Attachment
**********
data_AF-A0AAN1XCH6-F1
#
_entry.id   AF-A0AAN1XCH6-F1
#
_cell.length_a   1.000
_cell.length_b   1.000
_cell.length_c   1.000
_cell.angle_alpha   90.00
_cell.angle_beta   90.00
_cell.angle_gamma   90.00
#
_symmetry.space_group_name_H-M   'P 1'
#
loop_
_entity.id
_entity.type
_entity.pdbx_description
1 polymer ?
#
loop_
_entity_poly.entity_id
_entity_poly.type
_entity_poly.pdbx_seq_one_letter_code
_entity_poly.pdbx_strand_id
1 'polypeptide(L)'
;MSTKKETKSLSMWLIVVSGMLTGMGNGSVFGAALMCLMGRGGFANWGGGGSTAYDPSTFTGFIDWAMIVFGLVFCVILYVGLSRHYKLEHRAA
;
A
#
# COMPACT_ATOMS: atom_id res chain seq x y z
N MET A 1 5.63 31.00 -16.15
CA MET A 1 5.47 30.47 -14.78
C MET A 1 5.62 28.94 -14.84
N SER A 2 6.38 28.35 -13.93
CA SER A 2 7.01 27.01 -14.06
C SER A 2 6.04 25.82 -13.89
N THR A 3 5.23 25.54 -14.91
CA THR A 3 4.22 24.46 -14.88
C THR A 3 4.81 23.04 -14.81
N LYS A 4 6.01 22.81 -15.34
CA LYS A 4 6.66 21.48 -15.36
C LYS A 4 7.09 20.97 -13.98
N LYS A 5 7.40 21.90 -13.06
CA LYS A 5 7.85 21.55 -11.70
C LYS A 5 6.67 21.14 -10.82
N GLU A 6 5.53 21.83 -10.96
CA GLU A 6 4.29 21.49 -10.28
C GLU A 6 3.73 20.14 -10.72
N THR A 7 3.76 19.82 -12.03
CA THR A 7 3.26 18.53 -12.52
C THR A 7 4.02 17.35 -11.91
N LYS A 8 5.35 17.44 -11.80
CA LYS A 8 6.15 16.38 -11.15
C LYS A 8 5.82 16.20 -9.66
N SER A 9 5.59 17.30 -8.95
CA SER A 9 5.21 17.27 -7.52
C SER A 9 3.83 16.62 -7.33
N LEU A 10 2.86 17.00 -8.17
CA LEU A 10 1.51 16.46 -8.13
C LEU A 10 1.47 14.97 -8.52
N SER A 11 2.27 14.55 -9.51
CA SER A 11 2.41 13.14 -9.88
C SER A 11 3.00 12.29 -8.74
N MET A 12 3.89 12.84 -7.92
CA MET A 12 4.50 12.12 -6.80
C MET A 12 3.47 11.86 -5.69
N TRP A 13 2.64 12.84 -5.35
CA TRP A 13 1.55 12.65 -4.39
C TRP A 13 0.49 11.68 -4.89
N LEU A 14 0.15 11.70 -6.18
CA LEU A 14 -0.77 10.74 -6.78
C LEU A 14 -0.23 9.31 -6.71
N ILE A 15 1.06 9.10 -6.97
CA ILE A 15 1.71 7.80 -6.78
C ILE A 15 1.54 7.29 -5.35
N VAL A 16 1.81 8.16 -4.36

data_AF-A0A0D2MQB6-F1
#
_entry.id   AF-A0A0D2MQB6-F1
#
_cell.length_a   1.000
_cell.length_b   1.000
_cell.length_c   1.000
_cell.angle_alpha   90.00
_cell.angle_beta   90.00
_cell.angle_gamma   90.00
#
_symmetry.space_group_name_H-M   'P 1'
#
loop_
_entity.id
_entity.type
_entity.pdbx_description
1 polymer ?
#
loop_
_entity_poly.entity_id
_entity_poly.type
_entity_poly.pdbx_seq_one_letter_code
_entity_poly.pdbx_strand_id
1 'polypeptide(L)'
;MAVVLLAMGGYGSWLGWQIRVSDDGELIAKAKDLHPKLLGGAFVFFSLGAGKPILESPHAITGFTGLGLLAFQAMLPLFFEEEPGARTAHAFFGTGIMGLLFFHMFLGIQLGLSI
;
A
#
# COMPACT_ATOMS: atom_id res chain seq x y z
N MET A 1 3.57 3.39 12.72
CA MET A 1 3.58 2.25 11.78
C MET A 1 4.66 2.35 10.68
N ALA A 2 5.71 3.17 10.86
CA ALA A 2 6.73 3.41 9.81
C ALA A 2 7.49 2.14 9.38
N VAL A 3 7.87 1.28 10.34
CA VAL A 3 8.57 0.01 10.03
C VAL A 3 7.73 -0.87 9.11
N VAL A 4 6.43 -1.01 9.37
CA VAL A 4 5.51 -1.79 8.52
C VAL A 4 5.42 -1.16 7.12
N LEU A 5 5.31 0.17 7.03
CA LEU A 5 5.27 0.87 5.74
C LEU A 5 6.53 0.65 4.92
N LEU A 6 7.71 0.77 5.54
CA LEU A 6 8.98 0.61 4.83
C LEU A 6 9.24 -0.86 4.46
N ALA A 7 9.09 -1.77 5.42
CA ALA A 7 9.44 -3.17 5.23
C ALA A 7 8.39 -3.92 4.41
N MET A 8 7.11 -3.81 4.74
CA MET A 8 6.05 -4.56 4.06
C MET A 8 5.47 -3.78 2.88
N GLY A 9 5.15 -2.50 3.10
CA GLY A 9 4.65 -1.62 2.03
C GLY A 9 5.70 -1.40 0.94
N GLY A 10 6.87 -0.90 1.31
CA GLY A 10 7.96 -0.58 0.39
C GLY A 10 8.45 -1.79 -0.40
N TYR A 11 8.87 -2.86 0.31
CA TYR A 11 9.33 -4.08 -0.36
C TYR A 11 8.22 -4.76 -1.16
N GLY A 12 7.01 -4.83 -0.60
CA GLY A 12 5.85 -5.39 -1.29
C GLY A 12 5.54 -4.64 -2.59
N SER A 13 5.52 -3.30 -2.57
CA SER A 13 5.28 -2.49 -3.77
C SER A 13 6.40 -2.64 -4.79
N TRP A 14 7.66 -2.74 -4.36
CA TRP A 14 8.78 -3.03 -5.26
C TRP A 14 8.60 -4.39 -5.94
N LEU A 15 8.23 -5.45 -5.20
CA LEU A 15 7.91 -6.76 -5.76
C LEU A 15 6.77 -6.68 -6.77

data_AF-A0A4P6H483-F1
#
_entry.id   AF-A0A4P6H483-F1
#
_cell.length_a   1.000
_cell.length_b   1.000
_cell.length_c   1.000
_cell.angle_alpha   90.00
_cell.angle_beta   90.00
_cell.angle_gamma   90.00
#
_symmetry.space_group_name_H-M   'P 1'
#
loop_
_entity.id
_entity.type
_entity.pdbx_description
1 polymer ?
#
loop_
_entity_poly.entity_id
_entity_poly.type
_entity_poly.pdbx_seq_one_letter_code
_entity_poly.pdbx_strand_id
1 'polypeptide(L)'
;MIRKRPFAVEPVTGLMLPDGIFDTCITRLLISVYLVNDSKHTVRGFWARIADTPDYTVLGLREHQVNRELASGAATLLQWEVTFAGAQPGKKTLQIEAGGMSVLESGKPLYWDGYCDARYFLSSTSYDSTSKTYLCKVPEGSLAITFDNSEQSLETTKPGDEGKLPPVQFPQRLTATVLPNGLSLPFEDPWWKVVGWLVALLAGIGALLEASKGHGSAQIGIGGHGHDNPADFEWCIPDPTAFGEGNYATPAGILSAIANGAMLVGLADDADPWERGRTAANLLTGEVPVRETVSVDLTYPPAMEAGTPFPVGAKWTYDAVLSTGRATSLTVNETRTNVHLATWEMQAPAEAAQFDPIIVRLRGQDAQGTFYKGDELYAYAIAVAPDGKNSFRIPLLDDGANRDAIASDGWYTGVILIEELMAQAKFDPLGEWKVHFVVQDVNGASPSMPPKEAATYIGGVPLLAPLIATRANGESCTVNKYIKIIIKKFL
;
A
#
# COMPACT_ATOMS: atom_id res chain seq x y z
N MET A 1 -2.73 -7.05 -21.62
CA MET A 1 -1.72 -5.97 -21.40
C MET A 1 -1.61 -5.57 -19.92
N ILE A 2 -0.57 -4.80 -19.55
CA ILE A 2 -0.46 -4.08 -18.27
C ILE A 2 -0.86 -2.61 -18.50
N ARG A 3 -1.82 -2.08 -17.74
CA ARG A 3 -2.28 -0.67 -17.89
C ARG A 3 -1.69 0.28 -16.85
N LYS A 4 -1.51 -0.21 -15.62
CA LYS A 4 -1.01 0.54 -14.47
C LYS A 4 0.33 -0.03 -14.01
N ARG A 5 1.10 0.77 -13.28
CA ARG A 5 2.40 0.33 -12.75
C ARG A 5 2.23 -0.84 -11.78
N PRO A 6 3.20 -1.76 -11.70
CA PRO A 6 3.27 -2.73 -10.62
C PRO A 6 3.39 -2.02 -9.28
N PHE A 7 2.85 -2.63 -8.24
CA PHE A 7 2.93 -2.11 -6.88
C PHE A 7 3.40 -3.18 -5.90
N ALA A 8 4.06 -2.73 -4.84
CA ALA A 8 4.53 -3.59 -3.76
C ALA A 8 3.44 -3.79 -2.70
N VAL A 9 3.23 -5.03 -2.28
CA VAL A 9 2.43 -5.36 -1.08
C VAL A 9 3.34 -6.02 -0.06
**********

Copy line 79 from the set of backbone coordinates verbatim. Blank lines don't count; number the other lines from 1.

_entry.id   AF-A0A0D2MQB6-F1